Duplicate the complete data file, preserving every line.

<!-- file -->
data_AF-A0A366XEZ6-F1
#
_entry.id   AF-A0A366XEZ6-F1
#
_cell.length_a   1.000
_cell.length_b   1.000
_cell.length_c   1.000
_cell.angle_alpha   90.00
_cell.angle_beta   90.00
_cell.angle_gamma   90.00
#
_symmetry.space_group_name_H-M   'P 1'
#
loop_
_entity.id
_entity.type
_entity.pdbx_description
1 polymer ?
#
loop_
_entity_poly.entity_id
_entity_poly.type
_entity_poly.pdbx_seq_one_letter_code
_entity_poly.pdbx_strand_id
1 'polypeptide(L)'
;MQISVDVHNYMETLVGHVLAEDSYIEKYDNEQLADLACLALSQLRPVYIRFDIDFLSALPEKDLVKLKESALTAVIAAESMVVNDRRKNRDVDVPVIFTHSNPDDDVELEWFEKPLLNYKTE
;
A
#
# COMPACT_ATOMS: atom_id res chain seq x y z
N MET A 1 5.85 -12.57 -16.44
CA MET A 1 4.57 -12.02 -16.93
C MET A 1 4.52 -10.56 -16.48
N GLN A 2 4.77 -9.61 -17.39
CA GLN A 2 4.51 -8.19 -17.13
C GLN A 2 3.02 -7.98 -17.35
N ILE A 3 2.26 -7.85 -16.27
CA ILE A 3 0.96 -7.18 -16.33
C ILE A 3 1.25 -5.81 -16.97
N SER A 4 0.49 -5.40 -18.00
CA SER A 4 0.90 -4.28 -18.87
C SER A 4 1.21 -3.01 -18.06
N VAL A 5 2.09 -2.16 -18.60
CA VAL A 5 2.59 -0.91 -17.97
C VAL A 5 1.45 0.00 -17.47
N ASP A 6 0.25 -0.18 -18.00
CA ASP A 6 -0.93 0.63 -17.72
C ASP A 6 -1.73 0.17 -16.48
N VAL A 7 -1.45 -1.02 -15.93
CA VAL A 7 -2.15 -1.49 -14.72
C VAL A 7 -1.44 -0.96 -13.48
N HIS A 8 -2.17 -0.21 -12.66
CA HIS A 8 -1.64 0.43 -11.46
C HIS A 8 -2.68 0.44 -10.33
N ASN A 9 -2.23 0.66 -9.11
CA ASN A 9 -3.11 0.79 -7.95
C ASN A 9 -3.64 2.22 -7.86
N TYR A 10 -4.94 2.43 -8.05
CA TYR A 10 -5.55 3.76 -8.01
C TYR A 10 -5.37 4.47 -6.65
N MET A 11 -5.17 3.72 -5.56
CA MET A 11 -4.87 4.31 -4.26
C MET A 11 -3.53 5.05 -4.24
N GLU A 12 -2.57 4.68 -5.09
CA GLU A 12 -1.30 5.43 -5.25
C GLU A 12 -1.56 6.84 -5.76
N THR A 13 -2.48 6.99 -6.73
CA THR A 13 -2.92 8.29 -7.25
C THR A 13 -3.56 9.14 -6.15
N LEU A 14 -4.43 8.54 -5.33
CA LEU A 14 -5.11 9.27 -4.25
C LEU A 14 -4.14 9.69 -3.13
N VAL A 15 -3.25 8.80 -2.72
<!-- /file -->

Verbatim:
data_AF-A0A366XEZ6-F1
#
_entry.id   AF-A0A366XEZ6-F1
#
_cell.length_a   1.000
_cell.length_b   1.000
_cell.length_c   1.000
_cell.angle_alpha   90.00
_cell.angle_beta   90.00
_cell.angle_gamma   90.00
#
_symmetry.space_group_name_H-M   'P 1'
#
loop_
_entity.id
_entity.type
_entity.pdbx_description
1 polymer ?
#
loop_
_entity_poly.entity_id
_entity_poly.type
_entity_poly.pdbx_seq_one_letter_code
_entity_poly.pdbx_strand_id
1 'polypeptide(L)'
;MQISVDVHNYMETLVGHVLAEDSYIEKYDNEQLADLACLALSQLRPVYIRFDIDFLSALPEKDLVKLKESALTAVIAAESMVVNDRRKNRDVDVPVIFTHSNPDDDVELEWFEKPLLNYKTE
;
A
#
# COMPACT_ATOMS: atom_id res chain seq x y z
N MET A 1 5.85 -12.57 -16.44
CA MET A 1 4.57 -12.02 -16.93
C MET A 1 4.52 -10.56 -16.48
N GLN A 2 4.77 -9.61 -17.39
CA GLN A 2 4.51 -8.19 -17.13
C GLN A 2 3.02 -7.98 -17.35
N ILE A 3 2.26 -7.85 -16.27
CA ILE A 3 0.96 -7.18 -16.33
C ILE A 3 1.25 -5.81 -16.97
N SER A 4 0.49 -5.40 -18.00
CA SER A 4 0.90 -4.28 -18.87
C SER A 4 1.21 -3.01 -18.06
N VAL A 5 2.09 -2.16 -18.60
CA VAL A 5 2.59 -0.91 -17.97
C VAL A 5 1.45 0.00 -17.47
N ASP A 6 0.25 -0.18 -18.00
CA ASP A 6 -0.93 0.63 -17.72
C ASP A 6 -1.73 0.17 -16.48
N VAL A 7 -1.45 -1.02 -15.93
CA VAL A 7 -2.15 -1.49 -14.72
C VAL A 7 -1.44 -0.96 -13.48
N HIS A 8 -2.17 -0.21 -12.66
CA HIS A 8 -1.64 0.43 -11.46
C HIS A 8 -2.68 0.44 -10.33
N ASN A 9 -2.23 0.66 -9.11
CA ASN A 9 -3.11 0.79 -7.95
C ASN A 9 -3.64 2.22 -7.86
N TYR A 10 -4.94 2.43 -8.05
CA TYR A 10 -5.55 3.76 -8.01
C TYR A 10 -5.37 4.47 -6.65
N MET A 11 -5.17 3.72 -5.56
CA MET A 11 -4.87 4.31 -4.26
C MET A 11 -3.53 5.05 -4.24
N GLU A 12 -2.57 4.68 -5.09
CA GLU A 12 -1.30 5.43 -5.25
C GLU A 12 -1.56 6.84 -5.76
N THR A 13 -2.48 6.99 -6.73
CA THR A 13 -2.92 8.29 -7.25
C THR A 13 -3.56 9.14 -6.15
N LEU A 14 -4.43 8.54 -5.33
CA LEU A 14 -5.11 9.27 -4.25
C LEU A 14 -4.14 9.69 -3.13
N VAL A 15 -3.25 8.80 -2.72